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Old 02-20-2009, 07:42 PM   #1
RyanT
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Default Secondary Ferment. Temp with Belgians

So, I've been reading "Brew like a Monk," and coincidentally, I am also finishing up a 4 week primary fermentation on a Tripel. This weekend, I am planning on transferring to secondary, and leaving it in my guest bathroom bathtub (in a carboy!) for a couple months (temp stays at +/- 70*).

I've noticed a common theme in this book, where secondary fermentation temps are quite a bit lower (in the 30-60F range) than primary fermentation temps. What is the purpose of lower temps in a secondary fermentation? I understand how higher temps will bring out more banana and fruit in a primary fermentation, but how about in a secondary?

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Old 02-20-2009, 08:43 PM   #2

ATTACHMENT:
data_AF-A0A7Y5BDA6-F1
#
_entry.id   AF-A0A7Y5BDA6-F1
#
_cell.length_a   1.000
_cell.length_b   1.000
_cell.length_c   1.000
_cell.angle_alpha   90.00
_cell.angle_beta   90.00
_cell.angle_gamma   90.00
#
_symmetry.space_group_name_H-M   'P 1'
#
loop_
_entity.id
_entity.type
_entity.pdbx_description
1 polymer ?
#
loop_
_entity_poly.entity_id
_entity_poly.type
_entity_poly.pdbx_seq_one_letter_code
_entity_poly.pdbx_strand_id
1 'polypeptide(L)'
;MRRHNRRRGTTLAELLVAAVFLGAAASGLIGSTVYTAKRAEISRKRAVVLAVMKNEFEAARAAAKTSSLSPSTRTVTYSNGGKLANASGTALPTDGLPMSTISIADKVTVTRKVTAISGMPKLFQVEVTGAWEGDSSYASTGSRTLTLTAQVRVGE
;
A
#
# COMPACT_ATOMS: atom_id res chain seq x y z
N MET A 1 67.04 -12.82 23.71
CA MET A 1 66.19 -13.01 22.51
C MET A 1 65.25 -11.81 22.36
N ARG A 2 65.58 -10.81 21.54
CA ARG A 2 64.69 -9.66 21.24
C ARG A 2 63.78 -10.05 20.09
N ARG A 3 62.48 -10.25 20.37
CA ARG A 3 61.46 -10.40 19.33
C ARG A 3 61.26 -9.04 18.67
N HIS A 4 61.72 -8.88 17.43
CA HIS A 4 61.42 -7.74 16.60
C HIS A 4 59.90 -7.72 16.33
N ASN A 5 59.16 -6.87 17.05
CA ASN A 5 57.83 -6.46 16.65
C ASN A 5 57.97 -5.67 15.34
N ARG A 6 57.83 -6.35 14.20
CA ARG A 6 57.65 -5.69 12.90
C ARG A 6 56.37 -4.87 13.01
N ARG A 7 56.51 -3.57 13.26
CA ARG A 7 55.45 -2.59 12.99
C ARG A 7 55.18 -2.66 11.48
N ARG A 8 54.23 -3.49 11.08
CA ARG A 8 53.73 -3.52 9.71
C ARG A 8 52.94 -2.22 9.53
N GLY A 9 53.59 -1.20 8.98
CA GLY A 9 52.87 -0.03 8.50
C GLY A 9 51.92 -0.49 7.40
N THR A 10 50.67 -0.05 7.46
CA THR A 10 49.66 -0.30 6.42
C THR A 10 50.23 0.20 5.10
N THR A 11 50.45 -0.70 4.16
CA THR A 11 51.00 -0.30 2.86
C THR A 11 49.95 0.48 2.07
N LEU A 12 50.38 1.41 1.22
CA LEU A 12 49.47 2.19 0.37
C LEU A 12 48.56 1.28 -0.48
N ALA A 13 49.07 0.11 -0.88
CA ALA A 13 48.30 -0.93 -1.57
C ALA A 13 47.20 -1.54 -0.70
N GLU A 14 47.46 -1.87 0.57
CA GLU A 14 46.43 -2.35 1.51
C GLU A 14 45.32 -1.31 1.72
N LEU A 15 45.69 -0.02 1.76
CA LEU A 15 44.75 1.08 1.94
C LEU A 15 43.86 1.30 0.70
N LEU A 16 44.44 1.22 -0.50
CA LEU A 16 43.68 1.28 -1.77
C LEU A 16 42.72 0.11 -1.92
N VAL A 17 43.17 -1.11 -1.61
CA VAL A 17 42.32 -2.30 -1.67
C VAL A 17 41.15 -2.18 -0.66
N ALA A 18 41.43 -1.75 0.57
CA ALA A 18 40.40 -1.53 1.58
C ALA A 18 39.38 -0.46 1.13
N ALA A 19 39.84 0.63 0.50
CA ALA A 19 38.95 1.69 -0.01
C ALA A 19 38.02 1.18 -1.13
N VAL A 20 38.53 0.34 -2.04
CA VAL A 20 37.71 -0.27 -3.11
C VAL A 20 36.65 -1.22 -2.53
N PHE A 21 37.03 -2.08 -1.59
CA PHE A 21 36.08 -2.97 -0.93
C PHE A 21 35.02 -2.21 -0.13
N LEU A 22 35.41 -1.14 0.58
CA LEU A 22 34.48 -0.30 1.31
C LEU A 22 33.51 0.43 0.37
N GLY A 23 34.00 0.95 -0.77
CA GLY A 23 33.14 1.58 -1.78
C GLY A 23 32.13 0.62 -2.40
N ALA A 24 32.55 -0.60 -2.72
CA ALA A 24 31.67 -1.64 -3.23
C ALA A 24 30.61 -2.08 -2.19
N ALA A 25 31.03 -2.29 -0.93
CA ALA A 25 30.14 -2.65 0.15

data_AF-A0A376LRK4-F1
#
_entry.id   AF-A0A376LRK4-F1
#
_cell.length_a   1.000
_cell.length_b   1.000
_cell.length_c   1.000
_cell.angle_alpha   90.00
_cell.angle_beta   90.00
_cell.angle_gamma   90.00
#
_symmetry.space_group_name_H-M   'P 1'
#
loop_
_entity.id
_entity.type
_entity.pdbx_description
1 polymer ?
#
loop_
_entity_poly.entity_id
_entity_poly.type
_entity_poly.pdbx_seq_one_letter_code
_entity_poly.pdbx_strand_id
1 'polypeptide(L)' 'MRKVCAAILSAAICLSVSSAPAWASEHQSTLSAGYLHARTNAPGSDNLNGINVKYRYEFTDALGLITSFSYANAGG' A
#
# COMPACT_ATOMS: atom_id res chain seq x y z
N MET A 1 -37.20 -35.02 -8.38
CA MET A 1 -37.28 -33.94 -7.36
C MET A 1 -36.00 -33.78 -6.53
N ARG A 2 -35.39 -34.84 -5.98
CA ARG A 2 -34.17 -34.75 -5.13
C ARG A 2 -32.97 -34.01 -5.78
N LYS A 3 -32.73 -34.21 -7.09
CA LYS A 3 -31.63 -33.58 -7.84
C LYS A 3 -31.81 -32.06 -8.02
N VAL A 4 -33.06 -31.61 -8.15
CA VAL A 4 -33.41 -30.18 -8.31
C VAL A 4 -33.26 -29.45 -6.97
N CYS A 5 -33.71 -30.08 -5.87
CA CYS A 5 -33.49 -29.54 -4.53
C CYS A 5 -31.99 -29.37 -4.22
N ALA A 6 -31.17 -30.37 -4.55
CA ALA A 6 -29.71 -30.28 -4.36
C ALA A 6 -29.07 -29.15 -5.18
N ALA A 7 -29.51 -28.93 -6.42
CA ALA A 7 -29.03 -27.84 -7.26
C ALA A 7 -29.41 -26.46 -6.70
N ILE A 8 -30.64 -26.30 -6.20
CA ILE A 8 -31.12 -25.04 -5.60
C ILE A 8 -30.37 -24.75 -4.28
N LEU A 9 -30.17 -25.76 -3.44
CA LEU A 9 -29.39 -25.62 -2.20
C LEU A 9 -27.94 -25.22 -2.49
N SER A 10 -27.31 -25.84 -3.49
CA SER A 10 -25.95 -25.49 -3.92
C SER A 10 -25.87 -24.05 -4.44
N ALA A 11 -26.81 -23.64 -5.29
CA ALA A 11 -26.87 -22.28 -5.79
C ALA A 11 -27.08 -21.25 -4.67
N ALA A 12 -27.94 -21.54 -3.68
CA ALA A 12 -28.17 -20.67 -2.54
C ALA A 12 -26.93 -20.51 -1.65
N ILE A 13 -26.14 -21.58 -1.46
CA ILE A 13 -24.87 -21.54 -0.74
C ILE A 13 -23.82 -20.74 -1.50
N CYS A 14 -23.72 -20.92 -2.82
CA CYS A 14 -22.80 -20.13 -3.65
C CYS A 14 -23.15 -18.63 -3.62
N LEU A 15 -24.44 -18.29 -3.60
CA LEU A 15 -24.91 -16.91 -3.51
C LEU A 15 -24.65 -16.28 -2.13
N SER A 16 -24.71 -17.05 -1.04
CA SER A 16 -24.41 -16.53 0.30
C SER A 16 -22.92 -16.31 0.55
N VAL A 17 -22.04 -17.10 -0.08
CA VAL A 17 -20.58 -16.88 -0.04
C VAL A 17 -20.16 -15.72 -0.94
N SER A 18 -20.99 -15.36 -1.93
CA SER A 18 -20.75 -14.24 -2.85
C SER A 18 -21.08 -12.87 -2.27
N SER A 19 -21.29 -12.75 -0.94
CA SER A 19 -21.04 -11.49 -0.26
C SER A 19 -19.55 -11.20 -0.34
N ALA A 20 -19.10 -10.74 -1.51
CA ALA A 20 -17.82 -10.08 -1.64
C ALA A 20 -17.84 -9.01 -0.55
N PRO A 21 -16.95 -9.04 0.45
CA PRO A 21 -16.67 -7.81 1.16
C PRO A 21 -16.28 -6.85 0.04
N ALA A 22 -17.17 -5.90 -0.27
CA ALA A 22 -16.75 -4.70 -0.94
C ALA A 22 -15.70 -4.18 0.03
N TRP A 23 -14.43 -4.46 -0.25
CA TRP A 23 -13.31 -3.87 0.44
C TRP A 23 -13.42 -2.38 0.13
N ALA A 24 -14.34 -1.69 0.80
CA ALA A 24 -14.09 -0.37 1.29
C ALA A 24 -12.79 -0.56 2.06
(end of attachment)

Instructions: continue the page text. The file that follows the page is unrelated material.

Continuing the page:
mbird
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I think the higher temps in the primary are to induce yeast related flavors and aromas. Typically, you would start with a common ale temp and slowly raise it or let it naturally rise into the high 70's. or even 80's. This also allows the yeast to ferment the beer out to very dry conditions. The secondary would be a stage for settling particulate matter and conditioning, so the lower temps would promote that action.
I've had a Belgian golden and Chimay Tripel clone in the fridge now for several months and they are both doing very nicely having gone through this process.
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Old 02-20-2009, 08:51 PM   #3
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I actually just finished reading the chapter on Yeast in Brew Like a Monk. There is a lot of discussion on the starting primary fermentation temp, and raising it, just like you said.

That makes sense though - keep the secondary cool, because the yeast will fall to the bottom at lower temps. I'll give it a shot this weekend.

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